Aside from her Cecil B. DeMille Award at the Golden Globes, Meryl Streep gets the Trending Award from the Internet this morning for her speech accepting the Cecil B. DeMille Award.
I couldn’t go anywhere on my Facebook feed without embedded videos of her speech and cheers for her in general. And most news sites I checked had the story above the fold or in a significant place on their phone apps.
She was, of course, eloquent.
Just to pick up on what Hugh Laurie said: You and all of us in this room really belong to the most vilified segments in American society right now. Think about it: Hollywood, foreigners and the press.
But who are we, and what is Hollywood anyway? It’s just a bunch of people from other places. I was born and raised and educated in the public schools of New Jersey. Viola was born in a sharecropper’s cabin in South Carolina, came up in Central Falls, Rhode Island; Sarah Paulson was born in Florida, raised by a single mom in Brooklyn. Sarah Jessica Parker was one of seven or eight kids in Ohio. Amy Adams was born in Vicenza, Italy. And Natalie Portman was born in Jerusalem. Where are their birth certificates? And the beautiful Ruth Negga was born in Addis Ababa, Ethiopia, raised in London — no, in Ireland I do believe, and she’s here nominated for playing a girl in small-town Virginia.
Ryan Gosling, like all of the nicest people, is Canadian, and Dev Patel was born in Kenya, raised in London, and is here playing an Indian raised in Tasmania. So Hollywood is crawling with outsiders and foreigners. And if we kick them all out you’ll have nothing to watch but football and mixed martial arts, which are not the arts.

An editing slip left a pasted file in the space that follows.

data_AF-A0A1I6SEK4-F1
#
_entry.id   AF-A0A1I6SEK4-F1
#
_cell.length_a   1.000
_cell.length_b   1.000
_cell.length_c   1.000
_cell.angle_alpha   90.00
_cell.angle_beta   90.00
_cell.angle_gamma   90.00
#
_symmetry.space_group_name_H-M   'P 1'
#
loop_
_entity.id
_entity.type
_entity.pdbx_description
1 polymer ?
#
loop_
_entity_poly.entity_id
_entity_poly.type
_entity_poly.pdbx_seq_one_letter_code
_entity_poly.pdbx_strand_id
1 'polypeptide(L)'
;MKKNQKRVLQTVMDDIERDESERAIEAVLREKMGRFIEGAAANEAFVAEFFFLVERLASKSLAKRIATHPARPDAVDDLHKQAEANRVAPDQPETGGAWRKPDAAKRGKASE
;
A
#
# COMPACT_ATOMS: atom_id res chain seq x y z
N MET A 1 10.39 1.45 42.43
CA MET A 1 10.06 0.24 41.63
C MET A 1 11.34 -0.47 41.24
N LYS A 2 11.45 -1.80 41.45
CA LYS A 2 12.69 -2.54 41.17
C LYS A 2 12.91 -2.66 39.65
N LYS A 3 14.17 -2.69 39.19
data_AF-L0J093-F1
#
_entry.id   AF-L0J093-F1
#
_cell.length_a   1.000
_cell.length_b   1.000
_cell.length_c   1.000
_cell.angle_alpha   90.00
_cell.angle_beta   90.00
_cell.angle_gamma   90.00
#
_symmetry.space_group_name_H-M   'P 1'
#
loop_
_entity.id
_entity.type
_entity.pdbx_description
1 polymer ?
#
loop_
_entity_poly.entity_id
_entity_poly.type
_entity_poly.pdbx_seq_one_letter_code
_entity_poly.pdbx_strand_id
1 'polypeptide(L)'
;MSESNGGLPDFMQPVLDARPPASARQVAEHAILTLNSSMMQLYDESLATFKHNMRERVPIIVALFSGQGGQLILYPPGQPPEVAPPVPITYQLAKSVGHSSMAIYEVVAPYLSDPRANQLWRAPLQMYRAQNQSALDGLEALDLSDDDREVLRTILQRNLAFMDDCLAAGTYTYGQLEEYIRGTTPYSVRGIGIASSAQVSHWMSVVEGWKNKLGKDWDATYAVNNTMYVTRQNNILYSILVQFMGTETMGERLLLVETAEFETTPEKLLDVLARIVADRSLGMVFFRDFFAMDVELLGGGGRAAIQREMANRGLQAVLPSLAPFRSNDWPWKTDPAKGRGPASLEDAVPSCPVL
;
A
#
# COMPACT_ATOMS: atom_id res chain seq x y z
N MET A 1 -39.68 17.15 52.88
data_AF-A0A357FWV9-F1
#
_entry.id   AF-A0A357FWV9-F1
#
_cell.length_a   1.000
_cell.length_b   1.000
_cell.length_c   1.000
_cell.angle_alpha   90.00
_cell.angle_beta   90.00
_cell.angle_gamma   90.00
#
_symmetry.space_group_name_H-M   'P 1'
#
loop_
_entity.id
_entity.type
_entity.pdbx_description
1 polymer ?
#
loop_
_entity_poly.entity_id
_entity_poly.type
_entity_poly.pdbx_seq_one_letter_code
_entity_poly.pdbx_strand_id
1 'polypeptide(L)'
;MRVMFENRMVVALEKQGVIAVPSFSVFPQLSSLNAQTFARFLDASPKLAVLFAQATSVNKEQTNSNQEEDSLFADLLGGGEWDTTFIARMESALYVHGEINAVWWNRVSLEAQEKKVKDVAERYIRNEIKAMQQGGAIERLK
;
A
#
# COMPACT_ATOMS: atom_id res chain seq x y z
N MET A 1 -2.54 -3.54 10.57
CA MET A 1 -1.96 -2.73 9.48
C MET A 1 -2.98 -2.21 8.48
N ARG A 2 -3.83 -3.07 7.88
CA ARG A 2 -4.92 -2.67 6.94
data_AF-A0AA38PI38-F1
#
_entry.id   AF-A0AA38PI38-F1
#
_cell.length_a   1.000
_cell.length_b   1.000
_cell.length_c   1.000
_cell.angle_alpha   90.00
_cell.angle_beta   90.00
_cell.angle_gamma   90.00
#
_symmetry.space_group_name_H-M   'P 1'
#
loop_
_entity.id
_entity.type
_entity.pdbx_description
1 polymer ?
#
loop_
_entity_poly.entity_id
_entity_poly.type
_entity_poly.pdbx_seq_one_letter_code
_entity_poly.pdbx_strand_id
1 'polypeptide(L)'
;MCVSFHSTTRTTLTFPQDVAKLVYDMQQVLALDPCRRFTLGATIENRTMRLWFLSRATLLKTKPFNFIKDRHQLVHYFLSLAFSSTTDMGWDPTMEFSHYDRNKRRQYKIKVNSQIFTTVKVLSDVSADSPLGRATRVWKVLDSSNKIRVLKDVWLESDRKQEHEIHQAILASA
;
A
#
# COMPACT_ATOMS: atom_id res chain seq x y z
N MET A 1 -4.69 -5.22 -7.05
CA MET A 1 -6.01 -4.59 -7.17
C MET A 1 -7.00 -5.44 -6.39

They gave me three seconds to say this, so: An actor’s only job is to enter the lives of people who are different from us, and let you feel what that feels like.
And, naturally, one of the people to whom her remarks were directed — a man known for dominance at all costs — responded less than eloquently in 140 characters or less:
(Here’s the video of Trump. Decide for yourself: )
Well, you can say a lot of things about Meryl Streep, but “overrated” isn’t one of them. She’s just plain excellent. I was reminded of that last week when I had a chance to watch “Florence Foster Jenkins,” in which Streep plays the title character — a New York heiress who loves music, loves to sing, but has an atrocious voice. The way Streep plays her, sometimes she seems in on the joke; other times you can see she’s lost in love for Music and can’t hear what everyone else can.
The movie, which was directed by the dependable Stephen Frears, was better than I thought — the script, in particular (by Nicholas Martin), doesn’t talk down to the audience but cleverly weaves its exposition into the 1940s setting. And there’s one scene — one line reading — which pretty much says it all about Streep.
Jenkins is being examined by a doctor after falling ill. While looking at her shoulders, he sees the lesions of syphilis. He asks how she got it, and she says (I’m paraphrasing slightly), “When I was 18, on my wedding night.”
In that one line, Streep indicates that, behind the facade of a buffoonish society matron, there is an entire life of sadness and regret. Florence Foster Jenkins was once a teenager burned by love in the worst way, and she’s had to live with her mistake ever since. It’s absolutely heartbreaking. Few other actors can convey so much with so little.
(Kudos, too, to Hugh Grant for his tender performance.)
Streep concluded her Golden Globes speech by mentioning the “act of empathy.” I hope you take note, Mr. President-elect.